1 What are transitions?
Before you begin to investigate the more in-depth psychological implications related to transitions, let’s first look at the range of transitions an athlete may experience during their journey through sport. This first activity introduces you to the course authors, Candice Lingam-Willgoss and Caroline Heaney, as they discuss their own personal experiences of transitions in sport.
Activity 1 Real people and real lives
Both Candice and Caroline were highly committed to their chosen sports, in fact, one of the reasons they wanted to write this course was due to their own personal experiences of transitions in sport. Watch the video below and make notes on the following points:
- What were the differences and similarities in Candice’s and Caroline’s pathways into their chosen sports?
- What transitions have they both experienced?
- Note down the psychological impact of the transitions they experienced.
- Why did they retire from sport?
As you listen to Candice and Caroline talk, you will have noticed how both still maintain involvement in sport and still identify closely with being an athlete. Both have experiences in very different sports and performance settings and retired at different ages.
Unlike many sports that you are introduced to at school, Candice’s first experience of her sport was through her family. She experienced a range of different transitions quite early on, from joining a ski team at 12 years old and finding herself in a high-performance setting at a very early age. She also reflects how, in the six years she competed, she had to grow up very quickly and spend a large proportion of her time away from home from a young age. While no one injury caused her to retire, she was skiing in pain a lot of the time and was quite realistic about the opportunity to ‘make it’ as a skier.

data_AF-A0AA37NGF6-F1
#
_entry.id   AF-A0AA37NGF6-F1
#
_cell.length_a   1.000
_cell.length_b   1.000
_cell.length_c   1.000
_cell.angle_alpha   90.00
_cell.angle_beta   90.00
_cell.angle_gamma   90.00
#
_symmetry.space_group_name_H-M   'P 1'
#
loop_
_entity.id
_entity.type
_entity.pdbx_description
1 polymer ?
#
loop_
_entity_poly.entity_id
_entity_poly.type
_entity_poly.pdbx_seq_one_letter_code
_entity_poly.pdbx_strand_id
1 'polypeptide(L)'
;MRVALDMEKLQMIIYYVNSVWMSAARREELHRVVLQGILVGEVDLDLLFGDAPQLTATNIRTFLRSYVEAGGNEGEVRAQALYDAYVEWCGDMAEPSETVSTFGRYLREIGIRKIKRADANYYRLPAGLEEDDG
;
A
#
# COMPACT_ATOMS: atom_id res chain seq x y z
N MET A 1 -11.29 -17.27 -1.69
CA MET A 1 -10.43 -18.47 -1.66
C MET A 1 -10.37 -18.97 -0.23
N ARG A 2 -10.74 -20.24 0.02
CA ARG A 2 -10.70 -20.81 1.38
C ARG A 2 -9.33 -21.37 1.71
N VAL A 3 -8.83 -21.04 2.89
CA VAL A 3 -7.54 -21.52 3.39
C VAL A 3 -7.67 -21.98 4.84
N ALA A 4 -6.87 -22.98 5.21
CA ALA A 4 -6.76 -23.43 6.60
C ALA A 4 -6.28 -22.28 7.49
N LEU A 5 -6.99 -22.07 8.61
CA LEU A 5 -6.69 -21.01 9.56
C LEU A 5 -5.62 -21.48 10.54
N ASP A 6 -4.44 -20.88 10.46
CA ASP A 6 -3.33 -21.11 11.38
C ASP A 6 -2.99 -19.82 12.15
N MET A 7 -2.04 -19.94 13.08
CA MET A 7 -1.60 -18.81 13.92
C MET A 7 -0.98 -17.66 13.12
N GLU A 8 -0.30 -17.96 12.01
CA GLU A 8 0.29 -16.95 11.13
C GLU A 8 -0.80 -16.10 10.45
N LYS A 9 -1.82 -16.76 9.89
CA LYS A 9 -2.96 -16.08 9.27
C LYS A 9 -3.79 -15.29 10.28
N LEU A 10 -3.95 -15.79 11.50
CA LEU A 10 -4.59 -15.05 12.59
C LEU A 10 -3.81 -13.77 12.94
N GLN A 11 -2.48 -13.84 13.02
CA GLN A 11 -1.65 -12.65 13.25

Candice’s story is in contrast to the relatively late transition into sport experienced by Caroline who didn’t join an athletics club until she was 16, something she reflects may have resulted in her having such a long career. Another difference is how Caroline refers to having a ‘phased retirement’, first retiring from hurdling and then from 400m/800m flat running. It is very clear she still misses competing on the track.
In the last activity you learned about the different transitions Candice and Caroline have made in their sporting journeys. Other transitions that athletes may experience throughout their sporting life, and which you will explore in the rest of this course, are shown in Figure 1.
You will explore both normative and non-normative transitions in more detail in Sessions 4 and 5.
You have now heard about the authors’ experiences of transitions in sport. Next, you will reflect on your own transitions or those of someone you coach or are closely associated with.